This project began at UMBC, where Dr. Anthony advised Samyukta Ganesan, a former UMBC HCC Master’s student as an independent study and then independent research. Earlier, this project investigated ways to design and develop exergames (“exercise games”) for older adults by taking into account their attitudes towards exercise, staying active, technology, and games. The complete original UMBC work can be found here.
Now, at University of Florida, the project has been expanded to develop exergames for kids to leverage their interest in video games to help them lead a more active lifestyle. We are working with local kids who have varying levels of interest and motivation regarding exercise or games to learn best how to appeal to a wide range of potential users. Additionally, we are working with physical education teachers and sports coaches to understand exercise recommendations for kids.
We are looking for new students interested in working on this topic! (You must already be a UF student.) Contact Dr. Anthony at firstname.lastname@example.org
You can find more videos on the project here
1. Ganesan, S. and Anthony, L. 2012. Using the Kinect to Encourage Older Adults to Exercise: A Prototype. Extended Abstracts of the ACM Conference on Human Factors in Computing Systems (CHI’2012), Austin, TX, 5 May 2012, p.2297-2302. [Pdf] [Poster]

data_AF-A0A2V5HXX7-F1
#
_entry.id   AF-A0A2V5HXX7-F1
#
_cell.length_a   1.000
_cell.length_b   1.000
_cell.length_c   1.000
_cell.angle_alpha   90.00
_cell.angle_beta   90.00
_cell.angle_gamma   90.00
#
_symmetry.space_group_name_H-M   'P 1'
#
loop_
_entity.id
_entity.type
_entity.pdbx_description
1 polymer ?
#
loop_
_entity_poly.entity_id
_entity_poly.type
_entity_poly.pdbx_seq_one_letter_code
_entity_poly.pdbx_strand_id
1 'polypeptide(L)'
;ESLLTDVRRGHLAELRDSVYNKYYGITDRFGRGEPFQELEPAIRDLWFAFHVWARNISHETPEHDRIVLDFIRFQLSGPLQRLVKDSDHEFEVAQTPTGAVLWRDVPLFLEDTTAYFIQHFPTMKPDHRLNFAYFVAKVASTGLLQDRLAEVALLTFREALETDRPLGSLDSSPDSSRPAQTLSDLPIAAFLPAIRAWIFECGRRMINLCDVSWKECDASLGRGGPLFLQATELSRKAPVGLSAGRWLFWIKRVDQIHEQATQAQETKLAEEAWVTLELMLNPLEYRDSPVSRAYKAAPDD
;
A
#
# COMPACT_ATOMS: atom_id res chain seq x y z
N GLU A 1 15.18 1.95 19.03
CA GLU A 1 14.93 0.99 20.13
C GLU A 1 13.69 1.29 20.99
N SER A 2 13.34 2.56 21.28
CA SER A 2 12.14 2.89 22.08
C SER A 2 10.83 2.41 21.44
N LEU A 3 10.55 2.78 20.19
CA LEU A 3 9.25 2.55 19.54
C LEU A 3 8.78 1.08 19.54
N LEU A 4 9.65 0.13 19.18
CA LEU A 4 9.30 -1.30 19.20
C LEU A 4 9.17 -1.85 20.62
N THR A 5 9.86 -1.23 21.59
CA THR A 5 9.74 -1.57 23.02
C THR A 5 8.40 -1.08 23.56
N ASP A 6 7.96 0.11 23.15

In the last update, we were analyzing the data collected from the physical education (PE) teachers’ focus group sessions using affinity diagramming. Recently, we have extracted themes for the design of motion-based exertion games based on this affinity diagram, similar to what we discussed for the children’s focus group analysis. We […]
In our previous update, we were in the process of conducting affinity diagramming sessions to walk the data collected from our focus group sessions with children. Based on our affinity diagram, we extracted themes and brainstormed design ideas for the motion-based exercise game. We next consulted with several domain experts, […]
In our previous update, we presented our demo prototype of a motion-based exercise game to children ages 5 to 10 for feedback during three focus group sessions. The prototype presented was used as a design probe to help children understand our game concept, thus inspiring them to generate design ideas […]
Since the last time we talked about this project a lot has happened! We have taken our basic working framework and conducted three focus groups of children ranging from 5 to 10 years old to get their input on future design concepts for the prototype. Even though our demo prototype […]
Last time we talked about this project, Sydney was studying the current state of Kinect games and we had a basic working framework which recognized gestures like Waving, Flying and Jumping Jacks. Through the lab’s research in the past, we have found that using our own low-fidelity prototypes as design […]
Our goal for this project is to research how we can motivate children to maintain a more active lifestyle. Since children already spend lots of time playing video games, we want to see if we can leverage that engagement and synthesize it with exercise activities. We are using the Microsoft […]